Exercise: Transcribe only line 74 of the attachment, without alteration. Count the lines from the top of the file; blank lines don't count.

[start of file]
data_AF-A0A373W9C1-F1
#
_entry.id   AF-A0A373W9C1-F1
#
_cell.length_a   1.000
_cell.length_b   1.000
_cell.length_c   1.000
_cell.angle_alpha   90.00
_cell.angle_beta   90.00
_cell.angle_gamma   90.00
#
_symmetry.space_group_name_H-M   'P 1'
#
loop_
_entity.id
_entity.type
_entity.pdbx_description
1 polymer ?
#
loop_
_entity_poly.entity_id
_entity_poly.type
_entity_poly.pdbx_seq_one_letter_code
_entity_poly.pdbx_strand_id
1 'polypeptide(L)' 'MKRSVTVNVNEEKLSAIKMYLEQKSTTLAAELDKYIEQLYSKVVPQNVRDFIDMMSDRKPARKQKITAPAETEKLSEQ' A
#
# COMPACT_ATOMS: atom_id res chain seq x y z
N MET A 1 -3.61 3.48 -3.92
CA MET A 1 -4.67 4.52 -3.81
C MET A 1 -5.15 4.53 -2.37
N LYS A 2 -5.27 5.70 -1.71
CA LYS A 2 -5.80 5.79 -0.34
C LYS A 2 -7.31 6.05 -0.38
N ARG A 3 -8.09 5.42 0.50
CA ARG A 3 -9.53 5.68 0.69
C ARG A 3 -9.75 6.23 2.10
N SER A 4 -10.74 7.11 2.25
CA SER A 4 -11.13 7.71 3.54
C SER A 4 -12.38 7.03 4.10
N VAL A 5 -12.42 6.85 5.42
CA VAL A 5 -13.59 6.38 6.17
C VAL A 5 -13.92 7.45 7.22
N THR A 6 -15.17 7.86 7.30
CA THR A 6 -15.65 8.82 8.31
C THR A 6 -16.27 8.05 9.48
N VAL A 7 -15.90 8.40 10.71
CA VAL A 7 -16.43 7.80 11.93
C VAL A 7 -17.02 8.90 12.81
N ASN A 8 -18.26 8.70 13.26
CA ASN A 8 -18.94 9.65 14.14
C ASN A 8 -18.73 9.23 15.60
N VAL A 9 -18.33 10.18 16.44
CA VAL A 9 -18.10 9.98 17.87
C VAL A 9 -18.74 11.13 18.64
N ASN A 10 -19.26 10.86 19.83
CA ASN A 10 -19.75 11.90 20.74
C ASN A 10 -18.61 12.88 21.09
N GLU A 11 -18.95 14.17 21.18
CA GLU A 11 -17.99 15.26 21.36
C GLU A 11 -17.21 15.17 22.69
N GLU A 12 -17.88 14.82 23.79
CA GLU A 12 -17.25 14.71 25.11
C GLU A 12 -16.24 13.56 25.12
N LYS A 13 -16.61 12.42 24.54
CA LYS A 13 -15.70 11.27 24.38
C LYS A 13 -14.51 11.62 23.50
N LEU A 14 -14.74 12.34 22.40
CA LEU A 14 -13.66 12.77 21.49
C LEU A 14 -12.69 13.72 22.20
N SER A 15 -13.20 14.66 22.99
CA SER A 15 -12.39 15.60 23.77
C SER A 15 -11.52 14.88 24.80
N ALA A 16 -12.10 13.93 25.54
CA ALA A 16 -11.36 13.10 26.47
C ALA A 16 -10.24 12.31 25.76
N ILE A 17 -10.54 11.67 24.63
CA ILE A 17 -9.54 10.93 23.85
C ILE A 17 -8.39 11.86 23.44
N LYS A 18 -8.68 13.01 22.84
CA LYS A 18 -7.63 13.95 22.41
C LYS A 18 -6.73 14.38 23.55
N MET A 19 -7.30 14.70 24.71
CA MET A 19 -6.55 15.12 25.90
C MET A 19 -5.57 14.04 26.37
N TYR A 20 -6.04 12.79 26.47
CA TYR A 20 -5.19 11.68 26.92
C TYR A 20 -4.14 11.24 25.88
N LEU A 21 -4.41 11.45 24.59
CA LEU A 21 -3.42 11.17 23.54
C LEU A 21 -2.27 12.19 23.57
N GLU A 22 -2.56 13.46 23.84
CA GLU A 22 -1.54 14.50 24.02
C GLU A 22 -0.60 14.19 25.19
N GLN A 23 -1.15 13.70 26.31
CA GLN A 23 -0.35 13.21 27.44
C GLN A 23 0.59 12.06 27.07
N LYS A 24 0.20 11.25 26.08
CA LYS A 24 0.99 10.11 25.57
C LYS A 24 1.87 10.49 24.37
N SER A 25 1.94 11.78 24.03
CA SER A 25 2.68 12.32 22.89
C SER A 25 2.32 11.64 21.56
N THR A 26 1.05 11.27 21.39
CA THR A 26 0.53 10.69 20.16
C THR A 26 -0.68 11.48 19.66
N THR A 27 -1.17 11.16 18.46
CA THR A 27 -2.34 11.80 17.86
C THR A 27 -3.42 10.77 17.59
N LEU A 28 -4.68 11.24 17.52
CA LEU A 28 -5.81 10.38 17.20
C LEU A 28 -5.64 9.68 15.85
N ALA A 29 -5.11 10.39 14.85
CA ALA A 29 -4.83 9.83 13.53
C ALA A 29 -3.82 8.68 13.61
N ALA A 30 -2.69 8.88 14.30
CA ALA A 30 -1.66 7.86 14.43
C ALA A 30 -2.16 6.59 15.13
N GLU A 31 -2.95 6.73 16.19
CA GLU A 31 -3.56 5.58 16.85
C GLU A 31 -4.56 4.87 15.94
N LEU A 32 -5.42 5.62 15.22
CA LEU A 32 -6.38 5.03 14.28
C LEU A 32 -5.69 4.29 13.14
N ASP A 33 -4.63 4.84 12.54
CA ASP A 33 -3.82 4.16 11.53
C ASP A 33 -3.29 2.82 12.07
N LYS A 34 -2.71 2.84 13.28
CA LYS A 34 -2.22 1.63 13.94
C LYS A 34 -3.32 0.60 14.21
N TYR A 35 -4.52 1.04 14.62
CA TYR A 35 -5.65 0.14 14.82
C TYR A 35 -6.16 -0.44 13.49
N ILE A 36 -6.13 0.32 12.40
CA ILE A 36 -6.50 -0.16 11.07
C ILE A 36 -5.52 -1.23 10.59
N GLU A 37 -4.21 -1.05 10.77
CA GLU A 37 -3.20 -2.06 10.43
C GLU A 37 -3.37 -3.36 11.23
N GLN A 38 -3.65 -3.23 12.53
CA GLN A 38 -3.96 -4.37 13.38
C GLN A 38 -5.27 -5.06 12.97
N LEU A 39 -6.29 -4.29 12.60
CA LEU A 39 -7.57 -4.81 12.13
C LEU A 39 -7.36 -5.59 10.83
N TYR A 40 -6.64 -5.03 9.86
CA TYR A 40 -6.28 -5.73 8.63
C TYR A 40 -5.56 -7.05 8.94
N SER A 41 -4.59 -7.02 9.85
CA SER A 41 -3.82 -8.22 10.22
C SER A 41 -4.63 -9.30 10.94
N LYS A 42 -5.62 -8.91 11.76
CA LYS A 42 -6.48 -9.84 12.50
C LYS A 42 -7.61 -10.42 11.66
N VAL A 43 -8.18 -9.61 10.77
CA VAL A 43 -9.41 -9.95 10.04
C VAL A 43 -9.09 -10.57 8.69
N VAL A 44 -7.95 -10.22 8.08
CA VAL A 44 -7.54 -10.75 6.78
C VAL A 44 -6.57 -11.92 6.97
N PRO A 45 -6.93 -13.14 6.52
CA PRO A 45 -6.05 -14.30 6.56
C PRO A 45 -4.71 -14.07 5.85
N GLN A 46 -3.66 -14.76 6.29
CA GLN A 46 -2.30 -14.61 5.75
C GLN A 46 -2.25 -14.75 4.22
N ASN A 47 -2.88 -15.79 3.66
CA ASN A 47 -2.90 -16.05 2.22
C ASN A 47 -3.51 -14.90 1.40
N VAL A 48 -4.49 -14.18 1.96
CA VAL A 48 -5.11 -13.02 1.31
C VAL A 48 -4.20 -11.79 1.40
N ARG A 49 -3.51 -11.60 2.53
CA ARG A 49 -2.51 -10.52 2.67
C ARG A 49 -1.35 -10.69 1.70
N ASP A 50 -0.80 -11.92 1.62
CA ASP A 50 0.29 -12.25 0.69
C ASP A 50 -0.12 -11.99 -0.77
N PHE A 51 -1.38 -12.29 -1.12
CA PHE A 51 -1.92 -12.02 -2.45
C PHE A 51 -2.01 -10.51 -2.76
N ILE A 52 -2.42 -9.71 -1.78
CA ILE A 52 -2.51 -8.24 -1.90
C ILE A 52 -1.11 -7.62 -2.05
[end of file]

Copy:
CA ALA A 16 -11.36 13.10 26.47